For many young people these are their first exciting days in Germany, far away from home. But they have taken the journey on to study at the Ravensburg-Weingarten University of Applied Sciences (RWU). To help the newcomers starting their new life in Weingarten, RWU has organized the traditional "Welcome and Orientation Week" as usual.
For the approximately 75 young people from 19 different nations, such as Bangladesh, Mauritius, Nepal and India, the programme during the Welcome and Orientation Week is mainly organisational. Together, with student assistants from the International Office and other voluntary helpers, the students take care of their matriculation at the university, go to the registration office, open a bank account, take out health insurance and get to know the university. "It is important how the students start their time at the university. This is something that often runs through the entire course of study," explains Ramona Herrmann. As coordinator for international full-time students, she is responsible for planning and implementing the event. "Many of the international students who start in the summer semester are right at the beginning of their education. This makes it all the more important for us to accompany their first steps abroad," says Herrmann.
A special tradition: Eating Spätzle with lentils together
A special tradition of the Welcome Week is the lunch at the university. At the round tables in the foyer, different nationalities mix with lentils and Spätzle. Ece Gamze already learned German during her school days in Istanbul. She comes to Weingarten as an exchange student in the course of study Business Informatics. However, her decision to study in German is an exception; most international students choose one of RWU's English-language programs.
Next to Ece is Nipaporn Limsiriwong from Phitsanulok in Thailand. She is also coming to Weingarten as an exchange student and will be attending courses in English at the International Academy at RWU in the Industrial Engineering and Management program. For her first impression of Germany in March, she only needs one word: "cold". When the taxi is late in the morning after her arrival, she sets off on foot to the dormitory with all her luggage. "I was told that Germans are always very punctual. And I didn't want to upset anyone."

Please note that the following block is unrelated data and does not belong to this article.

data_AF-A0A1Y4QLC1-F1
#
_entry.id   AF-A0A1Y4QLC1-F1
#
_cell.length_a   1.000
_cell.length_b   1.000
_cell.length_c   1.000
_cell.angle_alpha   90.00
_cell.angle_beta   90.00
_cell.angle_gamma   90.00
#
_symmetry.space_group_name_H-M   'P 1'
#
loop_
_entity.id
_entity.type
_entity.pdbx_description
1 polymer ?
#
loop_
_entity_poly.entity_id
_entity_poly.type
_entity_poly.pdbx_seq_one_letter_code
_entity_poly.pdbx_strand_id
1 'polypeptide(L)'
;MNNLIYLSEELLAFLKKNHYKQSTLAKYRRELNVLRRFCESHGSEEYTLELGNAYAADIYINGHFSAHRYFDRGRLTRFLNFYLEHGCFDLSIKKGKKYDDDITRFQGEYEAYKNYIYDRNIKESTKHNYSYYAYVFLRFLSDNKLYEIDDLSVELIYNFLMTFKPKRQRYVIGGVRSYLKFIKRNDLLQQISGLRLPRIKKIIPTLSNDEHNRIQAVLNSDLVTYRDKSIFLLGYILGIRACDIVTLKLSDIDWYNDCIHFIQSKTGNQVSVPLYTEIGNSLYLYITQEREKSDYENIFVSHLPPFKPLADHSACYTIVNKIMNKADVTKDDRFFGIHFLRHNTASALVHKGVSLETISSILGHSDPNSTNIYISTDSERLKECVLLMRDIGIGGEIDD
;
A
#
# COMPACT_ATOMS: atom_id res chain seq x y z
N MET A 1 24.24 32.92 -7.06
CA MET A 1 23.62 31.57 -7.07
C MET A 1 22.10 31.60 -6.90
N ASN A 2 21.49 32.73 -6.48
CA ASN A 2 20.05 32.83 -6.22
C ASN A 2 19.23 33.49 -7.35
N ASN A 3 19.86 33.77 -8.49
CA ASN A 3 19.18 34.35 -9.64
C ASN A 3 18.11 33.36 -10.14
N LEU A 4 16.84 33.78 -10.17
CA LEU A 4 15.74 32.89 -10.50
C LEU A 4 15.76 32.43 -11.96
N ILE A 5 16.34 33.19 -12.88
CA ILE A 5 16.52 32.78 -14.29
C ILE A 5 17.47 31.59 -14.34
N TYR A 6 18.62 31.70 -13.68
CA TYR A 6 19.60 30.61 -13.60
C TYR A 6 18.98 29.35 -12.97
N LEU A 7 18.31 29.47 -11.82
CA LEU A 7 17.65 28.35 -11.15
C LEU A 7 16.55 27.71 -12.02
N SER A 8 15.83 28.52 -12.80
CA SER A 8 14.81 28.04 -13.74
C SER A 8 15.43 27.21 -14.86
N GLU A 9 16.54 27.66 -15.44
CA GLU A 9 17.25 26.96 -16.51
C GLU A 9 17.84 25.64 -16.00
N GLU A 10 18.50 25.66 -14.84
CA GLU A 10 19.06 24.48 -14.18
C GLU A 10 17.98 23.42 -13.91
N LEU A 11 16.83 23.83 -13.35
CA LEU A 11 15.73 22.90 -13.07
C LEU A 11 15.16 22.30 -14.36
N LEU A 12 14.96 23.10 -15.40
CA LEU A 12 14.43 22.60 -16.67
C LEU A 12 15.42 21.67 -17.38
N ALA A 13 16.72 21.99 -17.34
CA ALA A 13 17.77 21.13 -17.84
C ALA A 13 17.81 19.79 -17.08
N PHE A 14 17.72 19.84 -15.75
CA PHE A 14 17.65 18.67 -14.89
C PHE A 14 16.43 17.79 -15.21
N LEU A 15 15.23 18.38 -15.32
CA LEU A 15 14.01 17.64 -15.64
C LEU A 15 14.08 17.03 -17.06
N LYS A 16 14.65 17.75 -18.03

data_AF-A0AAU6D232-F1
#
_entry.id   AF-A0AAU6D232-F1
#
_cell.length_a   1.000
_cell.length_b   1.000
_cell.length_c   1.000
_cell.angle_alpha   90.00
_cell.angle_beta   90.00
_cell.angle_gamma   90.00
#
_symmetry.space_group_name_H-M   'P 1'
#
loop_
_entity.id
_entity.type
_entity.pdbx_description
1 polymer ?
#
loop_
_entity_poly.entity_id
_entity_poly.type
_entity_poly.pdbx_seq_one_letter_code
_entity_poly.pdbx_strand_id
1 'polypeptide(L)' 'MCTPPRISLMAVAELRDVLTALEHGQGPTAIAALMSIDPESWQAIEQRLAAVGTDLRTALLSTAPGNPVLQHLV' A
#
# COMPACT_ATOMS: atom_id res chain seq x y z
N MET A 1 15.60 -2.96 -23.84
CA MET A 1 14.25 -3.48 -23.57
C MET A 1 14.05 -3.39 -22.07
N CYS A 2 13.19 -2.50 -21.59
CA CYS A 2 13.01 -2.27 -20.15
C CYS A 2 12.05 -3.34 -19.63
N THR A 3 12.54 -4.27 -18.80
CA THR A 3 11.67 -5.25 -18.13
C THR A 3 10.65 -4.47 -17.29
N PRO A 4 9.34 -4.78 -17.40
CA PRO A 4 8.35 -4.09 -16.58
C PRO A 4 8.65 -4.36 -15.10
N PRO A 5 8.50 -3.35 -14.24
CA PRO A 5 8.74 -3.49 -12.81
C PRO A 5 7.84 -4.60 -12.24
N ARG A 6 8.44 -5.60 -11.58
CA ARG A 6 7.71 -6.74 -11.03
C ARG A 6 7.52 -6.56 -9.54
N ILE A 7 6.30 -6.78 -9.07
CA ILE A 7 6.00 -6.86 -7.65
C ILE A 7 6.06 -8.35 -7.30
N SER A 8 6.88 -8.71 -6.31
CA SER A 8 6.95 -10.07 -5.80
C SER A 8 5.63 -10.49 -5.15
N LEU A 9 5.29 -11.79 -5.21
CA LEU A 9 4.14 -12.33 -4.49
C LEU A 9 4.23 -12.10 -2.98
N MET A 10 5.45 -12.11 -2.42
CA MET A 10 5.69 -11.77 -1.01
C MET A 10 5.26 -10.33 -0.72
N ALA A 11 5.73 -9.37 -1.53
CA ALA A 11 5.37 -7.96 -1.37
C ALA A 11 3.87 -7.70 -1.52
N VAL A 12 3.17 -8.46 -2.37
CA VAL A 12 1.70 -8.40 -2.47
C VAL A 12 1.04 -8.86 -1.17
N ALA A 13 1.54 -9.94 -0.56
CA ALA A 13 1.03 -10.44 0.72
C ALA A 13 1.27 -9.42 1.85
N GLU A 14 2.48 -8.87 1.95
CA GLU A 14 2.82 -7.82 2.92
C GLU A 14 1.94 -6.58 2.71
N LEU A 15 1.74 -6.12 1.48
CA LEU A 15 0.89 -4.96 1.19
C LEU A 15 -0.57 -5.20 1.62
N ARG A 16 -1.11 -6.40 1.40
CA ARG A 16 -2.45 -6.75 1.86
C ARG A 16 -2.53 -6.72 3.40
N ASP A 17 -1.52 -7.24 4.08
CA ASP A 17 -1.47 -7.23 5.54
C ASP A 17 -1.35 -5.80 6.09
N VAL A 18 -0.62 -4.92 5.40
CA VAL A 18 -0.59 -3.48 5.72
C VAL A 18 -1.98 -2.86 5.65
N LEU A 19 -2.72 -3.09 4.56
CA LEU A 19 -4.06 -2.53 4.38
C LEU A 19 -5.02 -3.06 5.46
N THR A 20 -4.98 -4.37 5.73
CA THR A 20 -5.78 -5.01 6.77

This year, a German student has also mixed among the international students
Varun Chand completes the international round at the lunch table. The young man from Pune in India will study E-Mobility and Green Energy at the RWU and complete his entire studies in Weingarten. Why is Weingarten attractive for students from so many countries? One important argument, according to Varun, is the English-language offerings. In addition, the peace and quiet and the resulting concentration on studying is attractive for young people from the metropolises. Ece agrees: "Weingarten is quiet and very beautiful and it's perfectly located near many other countries."
A German student is also among the young people at the International Welcome Week. "I was looking for a technical degree course and wanted to study in English," says Max Schäfer. That's how he became aware of e-mobility at RWU. The young man from Westerwald near Koblenz says he sees better opportunities on the job market thanks to the international orientation. "I can also imagine working abroad."
The Welcome Week as an integral part of RWU
Meanwhile, the Welcome Week has become a permanent feature at RWU. "The Welcome Week has a long tradition at the university and we are very proud of it, because it is always very well received," says Ramona Herrmann. Just two years ago, about 35-45 international students attended the event. Today the number is twice as high. But not only the participants, but also the activities have doubled over the years, so that the schedule has become tighter and they have to work with parallel groups. For Ramona Herrmann, organising the Welcome and Orientation Week has become a major part of her work, but she never gets bored: "Every Welcome Week is a little different. It's always exciting to get to know the new students, to learn how they come here at the university and to see what kind of relationships develop.
The "Welcome and Orientation Week" is followed by a one-week intensive German language course before studies officially begin in mid-March.
Text: Hannah Bucher / Christoph Oldenkotte